Let’s state the obvious: no one is without their times of discouragement. At some point, all of us face moments when we feel like things aren’t looking up and we wonder if all the effort is worth it. And it matters not if this discouragement stems from circumstances or relationships, the end result is the same—we consider quitting.
Pastors are not exempt either. We’re part of the “no one” of the first paragraph, too. In the middle of ministry, sometimes the machine side of it can grind away at you to the point that anywhere you look seems greener. Deep inside you know it’s a seductive illusion, a mirage in the desert of discouragement. But as one who’s been there more times than I want to admit, those images seem to offer a quenching solution to the dryness of our immediate situation.
I’ve come to learn that discouragement never disappears. It’s simply something we will battle as mortals in a fallen world. So I’m content knowing that in this life discouragement is part of the journey. However, that realization is not an acceptance of it’s ownership of my life. Discouragement may never totally die this side of the grave, but it can be defeated regularly. Consequently, it’s regularity and severity can be effectively crippled. Maybe not demolished, but for sure diminished.
How? In a word, gratitude. Nothing takes the ax to discouragement like thankfulness.
The Boomerang of Gratitude
You see, the encouragement that comes from gratitude to others has a boomerang effect—it actually ends up encouraging us! I’ve discovered that as I consistently express gratitude to others for specific aspects of their life, my own perspective changes, even in that very moment, and discouragement begins to lessen. And as I ponder even more God’s work in the lives of others, and take the time to express it in some tangible way, discouragement eventually leaves.
I wonder if this is, in some way, what Solomon had in mind when he wrote,
“Anxiety in a man’s heart weighs him down,
but a good word makes him glad.”
Textually, the “him” of the last phrase is probably the one who receives the “good word.” Yet, I’ve often wondered if in giving a good word—being grateful and encouraging someone—we benefit in the same way. After all, if in the middle of our own anxiety we give a good word to others, it is completely plausible that we would “receive” (i.e., hear) that as well and be enriched by it.
And, admittedly, the “good word” isn’t necessarily defined as a grateful word. Yet, it’s hard to imagine a good word to an anxious heart that doesn’t have roots in, and eventually lead to, grateful-laden encouragement and perspective-changing thankfulness.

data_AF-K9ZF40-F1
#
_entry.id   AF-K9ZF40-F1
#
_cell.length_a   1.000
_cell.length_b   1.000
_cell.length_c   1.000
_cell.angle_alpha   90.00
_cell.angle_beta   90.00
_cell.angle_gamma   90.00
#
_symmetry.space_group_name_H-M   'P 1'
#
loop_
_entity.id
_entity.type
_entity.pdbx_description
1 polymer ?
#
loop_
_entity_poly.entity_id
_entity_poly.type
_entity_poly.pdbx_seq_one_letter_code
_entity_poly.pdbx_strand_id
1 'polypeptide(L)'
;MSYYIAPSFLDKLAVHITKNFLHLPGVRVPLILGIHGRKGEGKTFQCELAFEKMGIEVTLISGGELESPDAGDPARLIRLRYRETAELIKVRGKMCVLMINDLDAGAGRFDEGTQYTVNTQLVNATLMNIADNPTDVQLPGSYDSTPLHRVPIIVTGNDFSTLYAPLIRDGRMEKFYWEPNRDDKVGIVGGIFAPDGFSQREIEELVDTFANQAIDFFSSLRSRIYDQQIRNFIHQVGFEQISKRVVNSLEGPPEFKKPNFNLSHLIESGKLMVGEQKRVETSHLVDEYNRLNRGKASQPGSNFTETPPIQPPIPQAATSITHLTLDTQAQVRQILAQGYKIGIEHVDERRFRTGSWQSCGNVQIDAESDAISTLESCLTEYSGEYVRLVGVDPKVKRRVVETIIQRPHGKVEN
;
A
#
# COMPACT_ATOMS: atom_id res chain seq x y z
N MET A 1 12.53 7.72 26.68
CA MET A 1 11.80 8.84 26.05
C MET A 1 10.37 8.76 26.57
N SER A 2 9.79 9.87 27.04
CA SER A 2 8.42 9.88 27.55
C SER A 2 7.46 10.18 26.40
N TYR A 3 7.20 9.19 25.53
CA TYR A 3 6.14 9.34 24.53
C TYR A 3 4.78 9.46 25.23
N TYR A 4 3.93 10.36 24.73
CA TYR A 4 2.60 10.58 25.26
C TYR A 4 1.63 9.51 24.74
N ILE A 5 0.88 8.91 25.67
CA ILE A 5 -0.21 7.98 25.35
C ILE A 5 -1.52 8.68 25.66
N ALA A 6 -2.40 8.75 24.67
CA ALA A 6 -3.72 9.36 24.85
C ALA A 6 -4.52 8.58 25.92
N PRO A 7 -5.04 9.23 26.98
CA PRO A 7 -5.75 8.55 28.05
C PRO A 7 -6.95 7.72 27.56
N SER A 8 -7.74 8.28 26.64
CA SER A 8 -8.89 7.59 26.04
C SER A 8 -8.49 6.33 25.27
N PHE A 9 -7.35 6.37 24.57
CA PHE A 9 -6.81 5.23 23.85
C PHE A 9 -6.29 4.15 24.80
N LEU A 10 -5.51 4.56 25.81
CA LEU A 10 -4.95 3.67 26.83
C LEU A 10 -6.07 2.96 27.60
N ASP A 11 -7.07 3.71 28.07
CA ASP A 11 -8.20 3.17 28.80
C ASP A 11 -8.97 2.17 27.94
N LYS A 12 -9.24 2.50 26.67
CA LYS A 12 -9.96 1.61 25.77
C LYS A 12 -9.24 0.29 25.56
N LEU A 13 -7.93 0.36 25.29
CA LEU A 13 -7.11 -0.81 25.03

Perhaps this understanding is more of an application than the strict interpretation, but even in the application we can see the powerful effect of a good word of gratitude to both the sender and receiver. Which is why I say without hesitation, from experience, Scripture, and reason, that nothing makes the putrid smell of discouragement flee like the fresh air of gratitude.
Putting it into Practice
This is precisely why, when the clouds of discouragement start forming over me, the main (and first) thing I do is express gratitude. Verbalize my appreciation. Voice my thankfulness. As best I can, I simply believe what the Holy Spirit inspired Solomon to record, and trust that the weight I’m sensing bearing down on me will be supernaturally lifted as I help someone else carry theirs through a good word of encouragement.
How? In plainest of terms, I simply tell someone how and why I’m thankful for them. I try and do this within minutes of noticing my distorted view taking hold (i.e., discouragement) because the sooner I fight it the quicker it flees. I have found that not giving it time to ‘root’ is one way to eliminate the unwanted fruit. Often it’s a call. Or a text. Sometimes an email. At times I just head down to a connected office and share with one of our staff. In other situations it’s my wife, or one of our children. I’ve dialed up my parents, written former pastors I’ve worked for, messaged a long-time friend or new acquaintance. The list could go on. I just know that the main way to get the advantage in a match with discouragement is to promptly and genuinely say thanks. Gratitude works wonders in both the giver and recipient!
So go ahead—next time discouragement looms, immediately spot who you’re thankful for and why. Then tell them promptly. That’s right—in some way let them know. Make the call. Write the email. Mail the letter. Send the text. Say the words. You’ll both be glad you did.
“Give thanks in all circumstances; for this is the will of God in Christ Jesus for you.” (1 Thess. 5:18)